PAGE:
SCOTUS ruling grants religious exemption for contraception
The U.S. Supreme Court sculpted a new religious exemption for employers, this time bringing women’s health into the political fray in a ruling sure to add its own complications to group insurance.
In a 5-4 ruling in the Hobby Lobby case, the Supreme Court ruled that “closely held” companies like this arts and crafts chain do not need to comply with the federal government’s regulations requiring certain forms of contraception as a part of essential health benefits.
The justices writing for the majority stressed that the religious exemption should be granted solely for contraception, not healthcare services like vaccination and infusion therapy, and that the range of companies that are eligible should be narrow, following the Internal Revenue Services’ definition of closely held as one at least half-owned by five or fewer individuals.
Legally, the majority ruled, these private closely-held companies are considered “persons” under the Religious Freedom Restoration Act of 1993.
An alternative for the federal government, the justices proposed, is to make contraception coverage available to the employees of companies like Hobby Lobby or Conestoga Wood, another plaintiff, via the same system created for employees of religious non-profit institutions.
“Although HHS has made this system available to religious nonprofits that have religious objections to the contraceptive mandate, HHS has provided no reason why the same system cannot be made available when the owners of for-profit corporations have similar religious objections,” wrote Justice Samuel Alito for the majority. “We therefore conclude that this system constitutes an alternative that achieves all of the Government’s aims while providing greater respect for religious liberty. And under RFRA, that conclusion means that enforcement of the HHS contraceptive mandate against the objecting parties in these cases is unlawful.”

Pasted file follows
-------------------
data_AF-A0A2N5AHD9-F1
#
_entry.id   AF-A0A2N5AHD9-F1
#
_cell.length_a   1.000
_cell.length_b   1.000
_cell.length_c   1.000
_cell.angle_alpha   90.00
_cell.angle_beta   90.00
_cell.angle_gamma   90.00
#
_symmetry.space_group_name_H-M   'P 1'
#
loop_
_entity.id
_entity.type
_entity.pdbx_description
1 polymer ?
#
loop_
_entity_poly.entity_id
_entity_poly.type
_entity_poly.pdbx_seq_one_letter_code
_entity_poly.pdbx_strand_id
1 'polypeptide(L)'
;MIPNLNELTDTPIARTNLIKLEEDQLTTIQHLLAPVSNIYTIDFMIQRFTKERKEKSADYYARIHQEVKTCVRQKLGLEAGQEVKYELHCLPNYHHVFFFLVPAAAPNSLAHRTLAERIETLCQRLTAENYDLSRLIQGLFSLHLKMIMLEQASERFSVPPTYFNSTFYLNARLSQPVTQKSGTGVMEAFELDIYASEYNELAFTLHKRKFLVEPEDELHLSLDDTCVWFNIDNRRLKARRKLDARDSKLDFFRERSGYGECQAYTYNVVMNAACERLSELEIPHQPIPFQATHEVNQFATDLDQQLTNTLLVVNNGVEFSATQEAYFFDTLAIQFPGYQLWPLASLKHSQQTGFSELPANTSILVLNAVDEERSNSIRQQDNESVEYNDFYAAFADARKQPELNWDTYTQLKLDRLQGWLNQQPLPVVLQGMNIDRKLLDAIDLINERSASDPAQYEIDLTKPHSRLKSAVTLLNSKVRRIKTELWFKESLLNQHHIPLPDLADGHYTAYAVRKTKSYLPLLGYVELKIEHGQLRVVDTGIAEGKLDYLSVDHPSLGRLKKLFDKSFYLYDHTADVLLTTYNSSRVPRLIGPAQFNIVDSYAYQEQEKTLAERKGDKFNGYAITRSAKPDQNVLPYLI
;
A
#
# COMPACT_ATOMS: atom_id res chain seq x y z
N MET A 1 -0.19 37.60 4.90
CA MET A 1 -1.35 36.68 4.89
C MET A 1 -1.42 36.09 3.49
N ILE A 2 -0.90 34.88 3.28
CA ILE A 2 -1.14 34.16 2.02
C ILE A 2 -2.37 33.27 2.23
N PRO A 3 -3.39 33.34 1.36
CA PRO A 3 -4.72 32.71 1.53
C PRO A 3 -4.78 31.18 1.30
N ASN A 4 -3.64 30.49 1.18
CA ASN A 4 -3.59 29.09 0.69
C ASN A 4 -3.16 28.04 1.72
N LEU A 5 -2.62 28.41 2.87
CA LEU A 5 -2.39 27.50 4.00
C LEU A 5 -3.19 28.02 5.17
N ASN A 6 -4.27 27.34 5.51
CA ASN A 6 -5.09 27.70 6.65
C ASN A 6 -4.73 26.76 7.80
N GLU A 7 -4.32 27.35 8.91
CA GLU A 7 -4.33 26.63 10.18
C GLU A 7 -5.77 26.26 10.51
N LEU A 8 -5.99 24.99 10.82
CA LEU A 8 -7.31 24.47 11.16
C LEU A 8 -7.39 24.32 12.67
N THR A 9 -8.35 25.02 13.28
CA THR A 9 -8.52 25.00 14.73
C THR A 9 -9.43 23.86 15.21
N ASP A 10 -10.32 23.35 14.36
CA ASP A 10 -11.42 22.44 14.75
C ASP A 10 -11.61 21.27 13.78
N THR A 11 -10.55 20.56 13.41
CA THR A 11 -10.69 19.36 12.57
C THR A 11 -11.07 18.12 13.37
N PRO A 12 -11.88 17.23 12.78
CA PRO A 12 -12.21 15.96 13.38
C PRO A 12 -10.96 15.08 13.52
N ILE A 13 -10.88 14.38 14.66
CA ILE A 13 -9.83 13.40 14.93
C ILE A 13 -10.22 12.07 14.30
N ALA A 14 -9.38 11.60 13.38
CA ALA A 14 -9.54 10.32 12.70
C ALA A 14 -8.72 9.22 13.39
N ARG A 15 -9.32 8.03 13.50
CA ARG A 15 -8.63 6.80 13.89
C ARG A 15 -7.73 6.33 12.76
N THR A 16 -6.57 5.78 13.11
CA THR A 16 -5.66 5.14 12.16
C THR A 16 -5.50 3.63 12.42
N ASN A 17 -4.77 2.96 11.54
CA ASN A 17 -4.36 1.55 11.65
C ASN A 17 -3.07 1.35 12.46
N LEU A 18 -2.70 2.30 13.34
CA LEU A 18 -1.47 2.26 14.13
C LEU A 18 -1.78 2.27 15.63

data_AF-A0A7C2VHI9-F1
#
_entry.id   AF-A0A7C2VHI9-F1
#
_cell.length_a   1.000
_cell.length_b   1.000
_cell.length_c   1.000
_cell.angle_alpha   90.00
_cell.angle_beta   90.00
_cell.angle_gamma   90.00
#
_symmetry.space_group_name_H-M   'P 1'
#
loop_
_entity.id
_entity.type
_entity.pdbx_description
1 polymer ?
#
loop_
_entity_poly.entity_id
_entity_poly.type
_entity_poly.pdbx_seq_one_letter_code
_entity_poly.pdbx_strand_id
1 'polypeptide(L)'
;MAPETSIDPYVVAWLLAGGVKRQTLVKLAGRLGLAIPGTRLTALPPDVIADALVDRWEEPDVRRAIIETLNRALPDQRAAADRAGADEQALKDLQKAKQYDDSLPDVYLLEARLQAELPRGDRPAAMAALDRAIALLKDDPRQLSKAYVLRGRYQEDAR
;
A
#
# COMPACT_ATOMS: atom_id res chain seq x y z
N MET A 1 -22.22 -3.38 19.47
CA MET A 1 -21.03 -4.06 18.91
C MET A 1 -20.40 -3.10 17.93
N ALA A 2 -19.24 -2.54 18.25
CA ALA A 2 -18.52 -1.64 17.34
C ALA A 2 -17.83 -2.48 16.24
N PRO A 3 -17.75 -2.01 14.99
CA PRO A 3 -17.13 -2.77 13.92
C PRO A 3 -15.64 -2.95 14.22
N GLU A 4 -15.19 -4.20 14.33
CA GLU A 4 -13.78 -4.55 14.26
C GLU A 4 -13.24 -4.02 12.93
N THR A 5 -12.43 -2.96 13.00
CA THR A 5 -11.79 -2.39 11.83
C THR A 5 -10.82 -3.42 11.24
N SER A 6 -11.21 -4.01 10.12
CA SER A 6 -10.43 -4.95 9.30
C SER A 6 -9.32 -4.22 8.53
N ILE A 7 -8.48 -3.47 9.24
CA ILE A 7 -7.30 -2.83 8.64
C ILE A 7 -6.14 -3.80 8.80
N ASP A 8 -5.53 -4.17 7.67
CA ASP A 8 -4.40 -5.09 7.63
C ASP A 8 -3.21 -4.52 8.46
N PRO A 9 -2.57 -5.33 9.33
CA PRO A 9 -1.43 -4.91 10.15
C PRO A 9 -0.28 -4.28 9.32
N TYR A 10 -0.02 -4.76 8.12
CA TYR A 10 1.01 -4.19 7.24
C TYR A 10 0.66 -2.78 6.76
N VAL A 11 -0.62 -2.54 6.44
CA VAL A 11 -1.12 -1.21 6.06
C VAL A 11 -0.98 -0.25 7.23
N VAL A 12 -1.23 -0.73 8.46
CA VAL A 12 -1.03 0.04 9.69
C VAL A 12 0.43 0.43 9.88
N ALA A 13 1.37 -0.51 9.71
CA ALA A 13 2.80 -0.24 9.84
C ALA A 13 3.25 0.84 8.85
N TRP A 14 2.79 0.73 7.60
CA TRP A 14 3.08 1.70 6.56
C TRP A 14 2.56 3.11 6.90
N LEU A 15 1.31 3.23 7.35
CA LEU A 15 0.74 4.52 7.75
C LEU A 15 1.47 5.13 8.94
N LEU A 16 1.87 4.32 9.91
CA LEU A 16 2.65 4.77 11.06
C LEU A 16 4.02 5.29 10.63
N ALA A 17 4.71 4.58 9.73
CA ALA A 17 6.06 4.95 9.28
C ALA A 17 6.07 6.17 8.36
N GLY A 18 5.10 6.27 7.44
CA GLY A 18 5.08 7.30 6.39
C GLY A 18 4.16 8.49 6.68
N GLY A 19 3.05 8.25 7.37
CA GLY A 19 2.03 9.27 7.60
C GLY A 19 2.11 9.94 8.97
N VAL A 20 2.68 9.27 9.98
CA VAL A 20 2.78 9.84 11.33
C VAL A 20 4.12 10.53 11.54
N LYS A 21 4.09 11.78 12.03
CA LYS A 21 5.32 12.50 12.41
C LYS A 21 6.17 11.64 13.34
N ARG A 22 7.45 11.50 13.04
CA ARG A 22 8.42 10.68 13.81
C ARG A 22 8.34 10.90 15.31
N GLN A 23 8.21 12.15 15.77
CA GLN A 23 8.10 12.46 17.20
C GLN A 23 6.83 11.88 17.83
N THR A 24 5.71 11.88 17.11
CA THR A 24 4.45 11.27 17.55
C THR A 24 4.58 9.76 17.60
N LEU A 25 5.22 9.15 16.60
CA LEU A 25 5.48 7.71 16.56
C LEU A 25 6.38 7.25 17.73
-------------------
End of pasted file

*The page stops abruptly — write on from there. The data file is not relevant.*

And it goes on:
Some analysts are predicting that that is exactly what the Obama Administration will do, although it could add more complexity to health plan administration depending on the roles specified for private insurers.
Justices Stephen Breyer, Ruth Bader Ginsburg, Elena Kagan and Sonia Sotomayor dissented from the majority and argued that requiring contraception coverage as a part of essential health benefits’ preventive services is not unduly burdensome. Though limited in the majority opinion to contraception, Ginsburg wrote, the ruling sets a precedent that could let employers "opt out of any law “ that “they judge incompatible with their sincerely held religious beliefs."
The ruling means that companies like Hobby Lobby will not have to choose between offering their employees coverage with services they object to or discontinue providing coverage and pay the employer mandate fine.
The impact could be negligible for payers, although it also could pose some hazards.
For insurers with risk-based group plans and self-insured clients, it could mean more-involved plan design on the part of employers. Insurance companies could also face public backlash for working with companies that deny their employees contraception coverage.